I headed down Thursday to Bard for a talk about Blake's quiet years that promised to fill in the missing details. I had been surprised to hear about an event at Bard before the actual day of the event, a rarity. However, when I got there and found the room, I also found a note saying the lecture was delayed. I decided not to wait around and went to Robert's, where he was making a tasty dinner -- much better. If the lecture's any good, it'll be published, right?
The next morning we headed down to the Cloisters to get a little medieval. If you haven't been there, the museum located in the lovely Fort Tryon Park offers a nice little taste of the Middle Ages in Manhattan with artifacts, bits of chapels, tombs and other treasures. After having a good wander around the grounds, we headed over to the New Leaf Café, which Robert informed me was run by Bette Midler, but we didn't see her in the kitchen, but we were able to enjoy a really good lunch while supporting the New York Restoration Project.
We took the A train downtown in order to get to the Morgan. As we passed through the 42nd Street station, Robert helpfully pointed out the tubes that were part of the internet, which as we all know is a system of tubes. Quite knowledgeable my brother. Why the Morgan? Well, they're having a Blake exhibit which more than made up for the missed lecture. It had so much more than I expected, not just pages from his books, but letters, manuscripts and watercolors. Wonderful!
Of course, the main event was seeing Leonard Cohen at Madison Square Garden. The sold out show featured most of his hits which pleased the crowd (full of an awful lot of balding heads we could see from our vantage point up near the top), but the energy and exuberance of Cohen and his band really impressed me. Although 75, he was dancing and skipping on and off stage during the 8pm show which lasted until 11.30. He seemed truly joyful, telling the audience, "I don’t know when we’ll be passing through here again, so I want to tell you that it is our intention to give you everything we’ve got tonight” -- and they did. Fantastic band all around, including his frequent collaborator, Sharon Robinson and an amazing Spanish guitarist. Everyone got a turn in the spotlight, but the crowd was there to see Cohen and he gave them everything, turning songs like "I'm Your Man" from intimate love songs to an offering to the thousands assembled. You can find videos for many of the songs like "So Long, Marianne", "Tower of Song", my fave "Famous Blue Raincoat" and the perennial fave, "Hallelujah" but I am so glad I was actually there. Some nights are just magical -- and this was one.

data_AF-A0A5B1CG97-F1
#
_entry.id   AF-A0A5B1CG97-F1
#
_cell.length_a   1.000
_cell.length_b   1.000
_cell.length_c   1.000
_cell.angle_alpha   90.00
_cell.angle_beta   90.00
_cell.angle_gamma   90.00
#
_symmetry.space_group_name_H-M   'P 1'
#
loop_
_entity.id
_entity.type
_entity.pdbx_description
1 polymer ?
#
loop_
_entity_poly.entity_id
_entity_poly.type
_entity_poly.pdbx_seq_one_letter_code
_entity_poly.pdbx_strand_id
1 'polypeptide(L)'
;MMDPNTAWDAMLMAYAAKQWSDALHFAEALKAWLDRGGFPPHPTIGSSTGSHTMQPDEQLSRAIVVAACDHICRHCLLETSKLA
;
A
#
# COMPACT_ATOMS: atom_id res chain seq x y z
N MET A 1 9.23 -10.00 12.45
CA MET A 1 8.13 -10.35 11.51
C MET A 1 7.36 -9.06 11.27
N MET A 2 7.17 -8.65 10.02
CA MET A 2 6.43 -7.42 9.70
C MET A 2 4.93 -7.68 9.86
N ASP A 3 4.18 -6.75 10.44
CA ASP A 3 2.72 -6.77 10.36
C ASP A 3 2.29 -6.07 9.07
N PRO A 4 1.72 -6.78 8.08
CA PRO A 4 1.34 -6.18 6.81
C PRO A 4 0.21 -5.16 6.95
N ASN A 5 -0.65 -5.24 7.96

Of course getting back was less than magical -- not only was there a rail replacement bus for the A train uptown, but it was pouring and we had to drive back to Hudson. But we kept each other awake, listening to Peter Cook until we finally made it back to Robert's about 3.30am. Totally worth it.